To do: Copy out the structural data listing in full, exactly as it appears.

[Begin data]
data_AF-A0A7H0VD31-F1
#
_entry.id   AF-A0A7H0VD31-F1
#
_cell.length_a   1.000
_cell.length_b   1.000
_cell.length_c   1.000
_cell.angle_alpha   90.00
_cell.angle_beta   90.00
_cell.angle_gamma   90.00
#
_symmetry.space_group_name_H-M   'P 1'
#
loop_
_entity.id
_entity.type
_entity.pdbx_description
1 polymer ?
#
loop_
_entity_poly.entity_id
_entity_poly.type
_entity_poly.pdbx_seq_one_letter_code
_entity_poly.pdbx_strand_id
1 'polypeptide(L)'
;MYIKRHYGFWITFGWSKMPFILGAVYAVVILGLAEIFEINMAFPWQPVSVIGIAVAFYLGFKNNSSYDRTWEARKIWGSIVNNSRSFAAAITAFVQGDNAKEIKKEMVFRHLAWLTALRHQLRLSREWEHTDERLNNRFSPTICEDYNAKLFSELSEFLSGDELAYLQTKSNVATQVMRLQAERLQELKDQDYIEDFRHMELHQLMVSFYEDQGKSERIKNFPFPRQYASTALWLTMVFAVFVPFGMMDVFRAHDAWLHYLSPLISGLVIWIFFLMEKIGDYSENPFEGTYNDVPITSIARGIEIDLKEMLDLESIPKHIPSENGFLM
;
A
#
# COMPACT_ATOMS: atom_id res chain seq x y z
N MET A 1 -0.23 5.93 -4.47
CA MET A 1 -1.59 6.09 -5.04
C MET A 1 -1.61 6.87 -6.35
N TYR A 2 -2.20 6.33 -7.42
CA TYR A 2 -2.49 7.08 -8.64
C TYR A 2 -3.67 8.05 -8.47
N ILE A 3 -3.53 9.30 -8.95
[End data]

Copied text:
data_AF-A0A7H0VD31-F1
#
_entry.id   AF-A0A7H0VD31-F1
#
_cell.length_a   1.000
_cell.length_b   1.000
_cell.length_c   1.000
_cell.angle_alpha   90.00
_cell.angle_beta   90.00
_cell.angle_gamma   90.00
#
_symmetry.space_group_name_H-M   'P 1'
#
loop_
_entity.id
_entity.type
_entity.pdbx_description
1 polymer ?
#
loop_
_entity_poly.entity_id
_entity_poly.type
_entity_poly.pdbx_seq_one_letter_code
_entity_poly.pdbx_strand_id
1 'polypeptide(L)'
;MYIKRHYGFWITFGWSKMPFILGAVYAVVILGLAEIFEINMAFPWQPVSVIGIAVAFYLGFKNNSSYDRTWEARKIWGSIVNNSRSFAAAITAFVQGDNAKEIKKEMVFRHLAWLTALRHQLRLSREWEHTDERLNNRFSPTICEDYNAKLFSELSEFLSGDELAYLQTKSNVATQVMRLQAERLQELKDQDYIEDFRHMELHQLMVSFYEDQGKSERIKNFPFPRQYASTALWLTMVFAVFVPFGMMDVFRAHDAWLHYLSPLISGLVIWIFFLMEKIGDYSENPFEGTYNDVPITSIARGIEIDLKEMLDLESIPKHIPSENGFLM
;
A
#
# COMPACT_ATOMS: atom_id res chain seq x y z
N MET A 1 -0.23 5.93 -4.47
CA MET A 1 -1.59 6.09 -5.04
C MET A 1 -1.61 6.87 -6.35
N TYR A 2 -2.20 6.33 -7.42
CA TYR A 2 -2.49 7.08 -8.64
C TYR A 2 -3.67 8.05 -8.47
N ILE A 3 -3.53 9.30 -8.95